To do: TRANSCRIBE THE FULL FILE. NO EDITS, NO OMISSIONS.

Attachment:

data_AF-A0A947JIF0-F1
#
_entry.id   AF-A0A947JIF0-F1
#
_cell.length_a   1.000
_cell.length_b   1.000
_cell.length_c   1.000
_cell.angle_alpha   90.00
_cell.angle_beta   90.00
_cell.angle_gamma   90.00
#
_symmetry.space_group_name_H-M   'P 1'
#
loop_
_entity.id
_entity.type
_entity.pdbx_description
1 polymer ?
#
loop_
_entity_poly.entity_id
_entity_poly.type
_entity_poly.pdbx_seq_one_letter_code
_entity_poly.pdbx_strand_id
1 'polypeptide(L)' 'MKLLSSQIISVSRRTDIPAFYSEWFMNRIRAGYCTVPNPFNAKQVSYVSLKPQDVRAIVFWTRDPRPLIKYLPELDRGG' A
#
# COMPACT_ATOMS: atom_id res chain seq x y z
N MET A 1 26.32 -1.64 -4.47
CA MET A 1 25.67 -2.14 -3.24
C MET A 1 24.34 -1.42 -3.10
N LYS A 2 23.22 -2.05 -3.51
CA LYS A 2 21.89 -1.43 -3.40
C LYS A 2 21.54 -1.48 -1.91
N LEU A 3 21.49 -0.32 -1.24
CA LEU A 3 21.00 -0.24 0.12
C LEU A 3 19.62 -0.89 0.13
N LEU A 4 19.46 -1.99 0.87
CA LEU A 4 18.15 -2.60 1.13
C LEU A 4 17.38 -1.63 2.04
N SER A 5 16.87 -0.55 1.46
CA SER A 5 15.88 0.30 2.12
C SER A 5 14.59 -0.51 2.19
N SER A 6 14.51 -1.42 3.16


data_AF-A0A947JIF0-F1
#
_entry.id   AF-A0A947JIF0-F1
#
_cell.length_a   1.000
_cell.length_b   1.000
_cell.length_c   1.000
_cell.angle_alpha   90.00
_cell.angle_beta   90.00
_cell.angle_gamma   90.00
#
_symmetry.space_group_name_H-M   'P 1'
#
loop_
_entity.id
_entity.type
_entity.pdbx_description
1 polymer ?
#
loop_
_entity_poly.entity_id
_entity_poly.type
_entity_poly.pdbx_seq_one_letter_code
_entity_poly.pdbx_strand_id
1 'polypeptide(L)' 'MKLLSSQIISVSRRTDIPAFYSEWFMNRIRAGYCTVPNPFNAKQVSYVSLKPQDVRAIVFWTRDPRPLIKYLPELDRGG' A
#
# COMPACT_ATOMS: atom_id res chain seq x y z
N MET A 1 26.32 -1.64 -4.47
CA MET A 1 25.67 -2.14 -3.24
C MET A 1 24.34 -1.42 -3.10
N LYS A 2 23.22 -2.05 -3.51
CA LYS A 2 21.89 -1.43 -3.40
C LYS A 2 21.54 -1.48 -1.91
N LEU A 3 21.49 -0.32 -1.24
CA LEU A 3 21.00 -0.24 0.12
C LEU A 3 19.62 -0.89 0.13
N LEU A 4 19.46 -1.99 0.87
CA LEU A 4 18.15 -2.60 1.13
C LEU A 4 17.38 -1.63 2.04
N SER A 5 16.87 -0.55 1.46
CA SER A 5 15.88 0.30 2.12
C SER A 5 14.59 -0.51 2.19
N SER A 6 14.51 -1.42 3.16